The family of a Quebec woman who experienced blood clots and died after receiving Oxford-AstraZeneca’s COVID-19 vaccine is urging others to keep an eye out for symptoms and seek help right away.
The loved ones of Francine Boyer, 54, issued a statement late Tuesday confirming her identity and that her death occurred on April 23.
Boyer and her husband, Alain Serres, received the first dose of the AstraZeneca vaccine on April 9. The family says she then experienced headaches and fatigue in the days that followed.
“She then went to the nearest hospital,” the family said. “Then, as her condition deteriorated, she was transferred to the Montreal Neurological Hospital Institute. Francine died of cerebral thrombosis.”
Her husband did not experience any side effects from the vaccine, according to the statement.
The family is urging anyone who may experience similar symptoms to Boyer’s or any other adverse reactions to immediately call Quebec’s Info-Santé hotline (811) “if in doubt.”
An obituary states Boyer was originally from Saint-Rémi, located about 30 kilometres south of Montreal.
She was the mother of two sons and had two grandchildren. The family will hold a small ceremony in May to commemorate Boyer’s life and ask for privacy as they grieve.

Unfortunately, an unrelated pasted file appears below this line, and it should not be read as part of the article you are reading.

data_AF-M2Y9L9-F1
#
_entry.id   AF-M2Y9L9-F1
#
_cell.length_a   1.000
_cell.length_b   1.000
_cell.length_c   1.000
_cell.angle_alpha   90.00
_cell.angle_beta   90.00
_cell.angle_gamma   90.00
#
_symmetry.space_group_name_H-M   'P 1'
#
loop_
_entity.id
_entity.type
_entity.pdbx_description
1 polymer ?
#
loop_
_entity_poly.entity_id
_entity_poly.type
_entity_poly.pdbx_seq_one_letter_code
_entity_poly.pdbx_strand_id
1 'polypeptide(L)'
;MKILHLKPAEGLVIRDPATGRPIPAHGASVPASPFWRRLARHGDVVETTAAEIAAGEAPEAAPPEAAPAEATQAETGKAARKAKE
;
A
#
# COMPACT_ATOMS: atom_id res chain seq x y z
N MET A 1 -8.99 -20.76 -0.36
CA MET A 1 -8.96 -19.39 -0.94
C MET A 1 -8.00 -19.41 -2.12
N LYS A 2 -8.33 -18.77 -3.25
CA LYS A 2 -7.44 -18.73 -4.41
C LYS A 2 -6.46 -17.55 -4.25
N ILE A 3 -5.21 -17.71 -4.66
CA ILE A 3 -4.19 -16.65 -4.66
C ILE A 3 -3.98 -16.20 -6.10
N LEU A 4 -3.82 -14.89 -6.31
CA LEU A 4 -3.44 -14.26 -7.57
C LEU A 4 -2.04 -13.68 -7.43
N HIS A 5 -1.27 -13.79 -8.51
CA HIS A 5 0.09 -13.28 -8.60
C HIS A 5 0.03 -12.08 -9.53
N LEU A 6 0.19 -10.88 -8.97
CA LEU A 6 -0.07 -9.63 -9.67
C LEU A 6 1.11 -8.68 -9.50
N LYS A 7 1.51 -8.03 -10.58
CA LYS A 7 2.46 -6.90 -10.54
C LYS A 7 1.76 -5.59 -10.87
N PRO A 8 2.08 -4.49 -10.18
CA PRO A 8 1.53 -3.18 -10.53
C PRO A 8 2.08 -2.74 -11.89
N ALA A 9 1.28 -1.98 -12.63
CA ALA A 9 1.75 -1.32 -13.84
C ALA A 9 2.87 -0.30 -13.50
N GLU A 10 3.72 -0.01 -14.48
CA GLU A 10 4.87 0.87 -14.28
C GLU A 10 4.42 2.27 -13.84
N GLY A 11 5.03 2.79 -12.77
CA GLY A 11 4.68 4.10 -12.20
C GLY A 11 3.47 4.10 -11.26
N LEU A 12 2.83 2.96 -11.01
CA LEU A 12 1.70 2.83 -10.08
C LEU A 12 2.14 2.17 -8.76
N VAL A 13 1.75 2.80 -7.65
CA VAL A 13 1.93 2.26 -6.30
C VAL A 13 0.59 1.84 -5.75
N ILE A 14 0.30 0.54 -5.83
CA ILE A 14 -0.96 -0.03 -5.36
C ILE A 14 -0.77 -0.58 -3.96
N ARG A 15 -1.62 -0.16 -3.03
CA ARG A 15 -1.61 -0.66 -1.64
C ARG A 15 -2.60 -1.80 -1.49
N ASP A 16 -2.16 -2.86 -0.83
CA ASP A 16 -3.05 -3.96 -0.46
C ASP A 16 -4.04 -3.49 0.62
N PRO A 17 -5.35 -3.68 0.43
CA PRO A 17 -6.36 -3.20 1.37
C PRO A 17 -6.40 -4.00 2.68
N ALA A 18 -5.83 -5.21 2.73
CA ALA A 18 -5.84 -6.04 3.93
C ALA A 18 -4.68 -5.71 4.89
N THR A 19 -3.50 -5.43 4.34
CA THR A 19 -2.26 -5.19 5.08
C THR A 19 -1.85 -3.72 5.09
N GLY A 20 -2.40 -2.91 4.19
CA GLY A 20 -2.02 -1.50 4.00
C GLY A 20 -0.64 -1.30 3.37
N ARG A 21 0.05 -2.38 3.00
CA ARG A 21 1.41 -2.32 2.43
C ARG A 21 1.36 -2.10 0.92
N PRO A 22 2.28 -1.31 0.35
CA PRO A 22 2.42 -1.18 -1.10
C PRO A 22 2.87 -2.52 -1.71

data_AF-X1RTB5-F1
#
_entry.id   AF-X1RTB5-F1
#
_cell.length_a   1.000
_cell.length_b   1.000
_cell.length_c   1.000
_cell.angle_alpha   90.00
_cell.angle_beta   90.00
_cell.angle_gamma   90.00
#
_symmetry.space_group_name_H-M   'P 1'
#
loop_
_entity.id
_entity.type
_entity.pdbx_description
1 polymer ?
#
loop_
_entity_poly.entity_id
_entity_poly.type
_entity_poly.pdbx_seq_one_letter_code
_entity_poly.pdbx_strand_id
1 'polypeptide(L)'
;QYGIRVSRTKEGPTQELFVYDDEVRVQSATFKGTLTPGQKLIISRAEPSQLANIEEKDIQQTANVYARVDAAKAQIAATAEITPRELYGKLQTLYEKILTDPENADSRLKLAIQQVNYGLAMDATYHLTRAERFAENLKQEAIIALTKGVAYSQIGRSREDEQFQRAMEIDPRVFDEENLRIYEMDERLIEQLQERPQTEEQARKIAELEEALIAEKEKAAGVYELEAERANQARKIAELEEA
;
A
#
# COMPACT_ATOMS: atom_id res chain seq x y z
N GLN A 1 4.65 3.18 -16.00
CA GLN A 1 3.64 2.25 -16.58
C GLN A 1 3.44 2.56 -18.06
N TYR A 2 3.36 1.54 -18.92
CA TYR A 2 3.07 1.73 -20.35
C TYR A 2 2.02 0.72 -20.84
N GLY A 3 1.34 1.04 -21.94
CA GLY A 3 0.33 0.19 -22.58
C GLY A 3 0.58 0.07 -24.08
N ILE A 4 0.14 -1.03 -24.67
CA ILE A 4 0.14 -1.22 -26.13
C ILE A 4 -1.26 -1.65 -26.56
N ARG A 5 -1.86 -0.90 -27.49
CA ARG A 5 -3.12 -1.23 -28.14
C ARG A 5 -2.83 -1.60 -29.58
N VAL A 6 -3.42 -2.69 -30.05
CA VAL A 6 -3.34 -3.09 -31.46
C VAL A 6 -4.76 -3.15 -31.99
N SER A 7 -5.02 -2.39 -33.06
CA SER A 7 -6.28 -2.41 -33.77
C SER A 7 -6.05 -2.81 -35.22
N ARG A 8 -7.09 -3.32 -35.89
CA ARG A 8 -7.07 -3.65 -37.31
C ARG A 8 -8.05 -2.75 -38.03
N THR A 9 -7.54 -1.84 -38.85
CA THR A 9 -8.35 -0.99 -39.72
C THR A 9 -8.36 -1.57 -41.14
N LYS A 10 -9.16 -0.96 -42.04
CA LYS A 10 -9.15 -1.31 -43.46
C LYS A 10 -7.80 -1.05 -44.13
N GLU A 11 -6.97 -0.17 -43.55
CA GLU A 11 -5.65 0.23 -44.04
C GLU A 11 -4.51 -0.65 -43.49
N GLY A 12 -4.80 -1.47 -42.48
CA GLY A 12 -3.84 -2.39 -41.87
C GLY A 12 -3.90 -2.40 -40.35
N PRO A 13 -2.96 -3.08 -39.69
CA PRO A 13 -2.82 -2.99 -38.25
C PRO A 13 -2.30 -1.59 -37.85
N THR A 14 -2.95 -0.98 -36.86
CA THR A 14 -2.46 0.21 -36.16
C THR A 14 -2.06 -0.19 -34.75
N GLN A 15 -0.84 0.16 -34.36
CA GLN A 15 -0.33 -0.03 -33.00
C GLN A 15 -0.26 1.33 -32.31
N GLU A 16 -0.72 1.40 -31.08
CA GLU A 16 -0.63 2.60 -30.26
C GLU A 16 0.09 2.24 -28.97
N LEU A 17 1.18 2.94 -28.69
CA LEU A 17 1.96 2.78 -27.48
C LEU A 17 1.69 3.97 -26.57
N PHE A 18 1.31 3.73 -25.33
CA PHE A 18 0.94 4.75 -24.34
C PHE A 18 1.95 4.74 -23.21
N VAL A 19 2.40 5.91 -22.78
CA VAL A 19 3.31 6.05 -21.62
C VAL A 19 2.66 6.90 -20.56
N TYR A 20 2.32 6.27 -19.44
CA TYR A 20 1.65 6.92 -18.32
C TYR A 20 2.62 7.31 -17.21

Boyer is believed to be the first person to have died in Canada after receiving the AstraZeneca vaccine. Authorities stressed serious side-effects are rare and the vaccine saves far more lives than it endangers.
Health Minister Christian Dubé said on Tuesday the province is currently investigating four cases of serious complications out of some 400,000 people who have received the AstraZeneca vaccine.
Health Canada has given the green light for the AstraZeneca vaccine for people who are 18 and older after concluding it is safe and effective despite evidence suggesting it may cause blood clots in rare cases. Meanwhile, a national advisory panel has suggested the shot can be offered to those 30 and over if they don’t want to wait for a different vaccine.
Quebec is administering the vaccine to people between the ages of 45 and 79.
Dr. Horacio Arruda, director of Quebec’s public health department, said Tuesday the province will continue that strategy.
— With files from Global News’ Alessia Simona Maratta and The Canadian Press